2021 NFL Draft: Two-round mock draft with college football uncertainty

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Micah Parsons, 2021 NFL Draft

2021 NFL Draft prospect, Micah Parsons #11 of the Penn State Nittany Lions. (Photo by Ronald Martinez/Getty Images)

Trying to predict the 2021 NFL Draft with college football uncertainty.

At this point in time, there will be no Big Ten football in 2020. No PAC 12 football. In addition to those two power five conferences, there will be no football for a lot of other schools in 2020, and many top 2021 NFL Draft prospects are directly affected by these decisions.

Some big-name prospects have already opted out of the 2020 season. Players like Penn State linebacker Micah Parsons and Virginia Tech cornerback Caleb Farley are no-doubt first-round picks who have already declared for the 2021 NFL Draft, and that was before any official decision came down from either the Big Ten, PAC 12, or any college football conference.

On the opposite end of the spectrum, you have players like projected top-five pick Justin Fields campaigning for the Big Ten to salvage their season, and reconsider the decision to cancel fall sports.

Clemson quarterback Trevor Lawrence has also been vocal about wanting to play this season, and up to this point, the ACC appears on track to find a way to play as safely as possible.

How does all of this impact the 2021 NFL Draft? The reality is, nobody has a clue, but there are certain players who are probably not affected all that much and other players who are going to be substantially impacted by it.

Earlier in the football offseason, I took a look at a potential 2020 NFL Draft scenario where the 2019 college season wasn’t played. The impact one season can have on a player’s NFL Draft status is staggering.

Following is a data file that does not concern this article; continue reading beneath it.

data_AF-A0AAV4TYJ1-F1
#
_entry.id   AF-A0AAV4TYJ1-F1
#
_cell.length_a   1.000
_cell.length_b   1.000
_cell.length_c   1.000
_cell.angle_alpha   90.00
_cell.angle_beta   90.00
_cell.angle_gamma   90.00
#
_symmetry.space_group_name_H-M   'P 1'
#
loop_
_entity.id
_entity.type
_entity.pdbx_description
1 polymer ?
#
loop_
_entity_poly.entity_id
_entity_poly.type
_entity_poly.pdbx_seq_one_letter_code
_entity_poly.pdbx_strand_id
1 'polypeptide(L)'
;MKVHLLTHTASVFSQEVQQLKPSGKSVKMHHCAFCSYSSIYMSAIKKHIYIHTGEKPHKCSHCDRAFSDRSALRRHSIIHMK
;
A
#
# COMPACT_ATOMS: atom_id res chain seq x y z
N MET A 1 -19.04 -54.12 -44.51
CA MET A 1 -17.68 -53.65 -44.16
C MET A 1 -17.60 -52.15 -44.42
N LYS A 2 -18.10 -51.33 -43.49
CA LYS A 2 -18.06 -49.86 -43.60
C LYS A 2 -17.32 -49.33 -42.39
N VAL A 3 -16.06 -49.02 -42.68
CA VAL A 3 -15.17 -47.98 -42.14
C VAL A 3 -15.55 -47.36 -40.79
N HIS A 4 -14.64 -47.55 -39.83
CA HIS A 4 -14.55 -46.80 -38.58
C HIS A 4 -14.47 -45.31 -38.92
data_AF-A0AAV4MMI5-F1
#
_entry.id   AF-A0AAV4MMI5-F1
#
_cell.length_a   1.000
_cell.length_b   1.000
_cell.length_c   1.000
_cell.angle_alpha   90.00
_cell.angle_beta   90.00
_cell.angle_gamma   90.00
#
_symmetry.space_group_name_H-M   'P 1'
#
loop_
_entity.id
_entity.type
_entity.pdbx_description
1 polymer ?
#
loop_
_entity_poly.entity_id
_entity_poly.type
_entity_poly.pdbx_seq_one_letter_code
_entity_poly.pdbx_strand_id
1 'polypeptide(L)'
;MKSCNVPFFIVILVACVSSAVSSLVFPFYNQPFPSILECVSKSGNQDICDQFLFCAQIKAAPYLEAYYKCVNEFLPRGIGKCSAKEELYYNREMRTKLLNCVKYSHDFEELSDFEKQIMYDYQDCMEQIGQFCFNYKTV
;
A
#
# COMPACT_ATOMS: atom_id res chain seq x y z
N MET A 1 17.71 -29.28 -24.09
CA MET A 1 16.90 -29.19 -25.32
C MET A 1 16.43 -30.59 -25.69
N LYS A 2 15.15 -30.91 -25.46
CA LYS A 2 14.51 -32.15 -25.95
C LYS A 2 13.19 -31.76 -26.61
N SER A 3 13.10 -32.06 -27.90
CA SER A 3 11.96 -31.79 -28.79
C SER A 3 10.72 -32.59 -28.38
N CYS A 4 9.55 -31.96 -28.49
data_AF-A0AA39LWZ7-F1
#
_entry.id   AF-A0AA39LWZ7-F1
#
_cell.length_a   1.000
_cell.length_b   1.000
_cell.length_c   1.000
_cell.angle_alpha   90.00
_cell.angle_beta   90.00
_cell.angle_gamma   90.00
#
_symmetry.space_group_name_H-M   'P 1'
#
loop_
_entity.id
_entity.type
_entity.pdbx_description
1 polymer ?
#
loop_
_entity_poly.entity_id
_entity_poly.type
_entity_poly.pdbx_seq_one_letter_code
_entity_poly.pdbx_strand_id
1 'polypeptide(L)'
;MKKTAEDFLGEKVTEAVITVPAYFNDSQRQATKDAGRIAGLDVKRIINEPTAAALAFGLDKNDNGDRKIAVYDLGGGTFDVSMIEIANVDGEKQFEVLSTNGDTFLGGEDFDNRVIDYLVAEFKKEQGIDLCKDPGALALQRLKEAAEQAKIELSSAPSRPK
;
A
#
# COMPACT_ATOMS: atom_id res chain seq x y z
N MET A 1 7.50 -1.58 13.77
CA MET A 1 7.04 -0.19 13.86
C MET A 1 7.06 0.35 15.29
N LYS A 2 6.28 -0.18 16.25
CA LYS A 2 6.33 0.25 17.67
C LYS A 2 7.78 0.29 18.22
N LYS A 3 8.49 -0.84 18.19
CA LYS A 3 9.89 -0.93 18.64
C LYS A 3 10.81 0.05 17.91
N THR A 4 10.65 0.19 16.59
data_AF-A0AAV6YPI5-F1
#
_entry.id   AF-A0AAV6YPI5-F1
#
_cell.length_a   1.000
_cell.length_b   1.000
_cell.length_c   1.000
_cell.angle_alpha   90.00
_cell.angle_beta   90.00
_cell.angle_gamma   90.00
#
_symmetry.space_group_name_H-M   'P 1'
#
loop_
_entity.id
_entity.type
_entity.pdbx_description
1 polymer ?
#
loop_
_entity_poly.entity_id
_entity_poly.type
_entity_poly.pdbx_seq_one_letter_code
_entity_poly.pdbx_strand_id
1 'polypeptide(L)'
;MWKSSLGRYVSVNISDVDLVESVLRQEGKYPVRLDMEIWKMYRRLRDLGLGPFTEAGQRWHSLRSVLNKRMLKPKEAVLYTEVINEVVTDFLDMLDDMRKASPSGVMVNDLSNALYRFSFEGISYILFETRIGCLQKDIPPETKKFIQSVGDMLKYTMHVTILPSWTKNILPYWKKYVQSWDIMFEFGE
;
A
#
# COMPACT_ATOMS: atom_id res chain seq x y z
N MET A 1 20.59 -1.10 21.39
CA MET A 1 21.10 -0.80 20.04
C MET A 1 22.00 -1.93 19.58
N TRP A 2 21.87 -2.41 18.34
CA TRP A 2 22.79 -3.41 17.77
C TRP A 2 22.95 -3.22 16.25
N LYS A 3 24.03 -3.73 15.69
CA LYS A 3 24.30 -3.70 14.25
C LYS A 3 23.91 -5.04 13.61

Look no further than first-overall pick Joe Burrow out of LSU, who was an NFL Draft afterthought at this time a year ago. At this time last season, Burrow was a pro-style quarterback who couldn’t rise above the crop at Ohio State, and an average starter for LSU who maybe had mid-late round potential.

Then he absolutely destroyed all of college football to the tune of 60 touchdowns in a single season.

Even for any of Burrow’s most ardent supporters at this time a year ago, it would have been impossible to project a number one pick type of expectation on him based on his first three years of college football.

Had Burrow opted to return for the 2020 college season to prove himself, his draft stock would have taken a hit based simply on the fact that he would have been 24 at the time of his being drafted in the Spring of 2021. Not to mention the fact that circumstances with other players coming and going would have been vastly different.

Again, that’s just for one player. Think about the chunk of college football that presently won’t have the chance to put anything else on tape for NFL teams in 2020.

Even though many college programs won’t have football in 2020, there is still plenty of intrigue with the Big 12, ACC, and SEC along with some other programs around the country still planning to play.

We’ll see what happens with Justin Fields’ petition to the Big Ten, but for right now, how do we project the 2021 NFL Draft?

Here’s the latest two-round NFL mock draft using The Draft Network’s simulator.

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